Don’t you just hate it when your tractor dies in the middle of a field of dry grass, and when you go to investigate, gasoline is gushing over the hot engine? I know I do!
Gas was pouring out of the air cleaner side of the carburetor and out of the the fitting of the bottom of the gas tank as well. Not good!
I took off the gas cap to see what the deal was, and there an enormous “whoosh” and the cap shot up ten feet into the air.
After finding the cap again, I verified that it said “Vented” on it. You couldn’t prove it by me. What the heck?
The gas continued to leak out the carburetor after the pressure was relieved, but banging on the carburetor with a wrench recalled it to its duty. The pressure must have jammed the carburetor floats temporarily.
Here’s a picture of my tractor during an outbreak of teenagers a while back:
Now I’m down to an annoying slow leak at the outlet of the gas tank, of maybe a drop a minute. The pressure must have distorted the O-ring. This is not an easy part to get at. I may have to take the top cowling off. Grumble, grumble.
So what the heck happened? I thought all vented gas caps were the same — basically a gas cap with a hole in it to keep the tank from building up any pressure (or vacuum). But unless the cap I had was simply defective, this is clearly not the case.
The cap wasn’t specifically recommended for a Ford 600-series tractor, it’s just that I noticed that a cap for my 1972 Ford F100 pickup also fit my tractor. I needed a new gas cap because I lost mine and Ford/New Holland no longer carries them. On the theory that all unvented gas caps were the same, I got the vented version of the one for my pickup. This clearly was a mistake.
The smart thing to do would have been to go to Yesterday’s Tractors and order the right gas cap. They’ve got everything, including forums with good advice. Check ’em out. I ordered the right gas cap and that should be that.
So the take-away here is that gas caps contain mysteries that are beyond mortal ken. Buy an exact replacement.
[Later:] I thought I had the gas tank fixed, but it turned out it still had a slow leak. After considerable fiddling around, it turned out to be a leak in the tank itself, rather than at the valve. I have ordered a new gas tank.
[Later still:] This is a serious problem! I’ve discovered several things:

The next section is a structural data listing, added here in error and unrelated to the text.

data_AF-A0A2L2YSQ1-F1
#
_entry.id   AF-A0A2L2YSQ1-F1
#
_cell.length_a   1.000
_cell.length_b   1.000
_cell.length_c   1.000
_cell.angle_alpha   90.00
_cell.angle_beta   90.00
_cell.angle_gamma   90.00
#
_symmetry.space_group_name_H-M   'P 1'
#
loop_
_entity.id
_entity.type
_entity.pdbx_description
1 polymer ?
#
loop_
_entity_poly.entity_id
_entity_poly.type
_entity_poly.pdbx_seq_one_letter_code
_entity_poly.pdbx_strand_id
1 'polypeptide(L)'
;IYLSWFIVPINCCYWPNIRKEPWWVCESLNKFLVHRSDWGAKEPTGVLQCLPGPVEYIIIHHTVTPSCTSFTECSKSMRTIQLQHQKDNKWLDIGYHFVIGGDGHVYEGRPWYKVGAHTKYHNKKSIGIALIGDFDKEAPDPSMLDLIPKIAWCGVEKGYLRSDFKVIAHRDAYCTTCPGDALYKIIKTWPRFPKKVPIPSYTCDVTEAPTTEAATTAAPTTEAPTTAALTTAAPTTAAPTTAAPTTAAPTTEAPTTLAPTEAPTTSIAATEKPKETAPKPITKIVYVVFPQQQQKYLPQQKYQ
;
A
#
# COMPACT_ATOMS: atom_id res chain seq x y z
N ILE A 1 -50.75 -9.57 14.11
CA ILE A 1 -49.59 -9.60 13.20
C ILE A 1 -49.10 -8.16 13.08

- Cheap Chinese gas caps sometimes contain parts that dissolve in gasoline! I am not making this up. Buy a name-brand cap, like Stant.
- Even with the recommended Stant gas cap, the tank would over-pressurize and leak. The problem seems to be that putting a gas tank directly above the engine isn’t the smartest thing in the world, and the hot engine pressurizes the tank beyond what the gas cap’s vent can deal with. In the end, I used the trick I read about on Yesterday’s Tractors: there’s a spring-loaded plastic button on the inside of the gas cap in the center. That’s the vent. Drill a teeny-tiny hole in it. This gives you a non-pressurized gas tank.
Earlier tractors like the Ford N series had non-pressurized tanks, with a dome built into the top of the tank with a pinhole in the top and bottom to vent off gases. I’d rather have a proper spring-loaded vent (since it reduces emissions and minimizes the amount of gas that dribbles out if the tractor turns over), but I have to select something that works over something that doesn’t.
The safety issue, by the way, is why old tractors have metal gas lines rather than rubber ones. Because they use gravity feed rather than a fuel pump, turning off the ignition does nothing to stop the flow of gasoline. If you ever feel moved to use a rubber fuel line, you need to put a fuel shutoff solenoid between the tank and the rubber, and have it turn on and off with the ignition. Such shutoffs are available.
P.S. Check out my other tractor pages.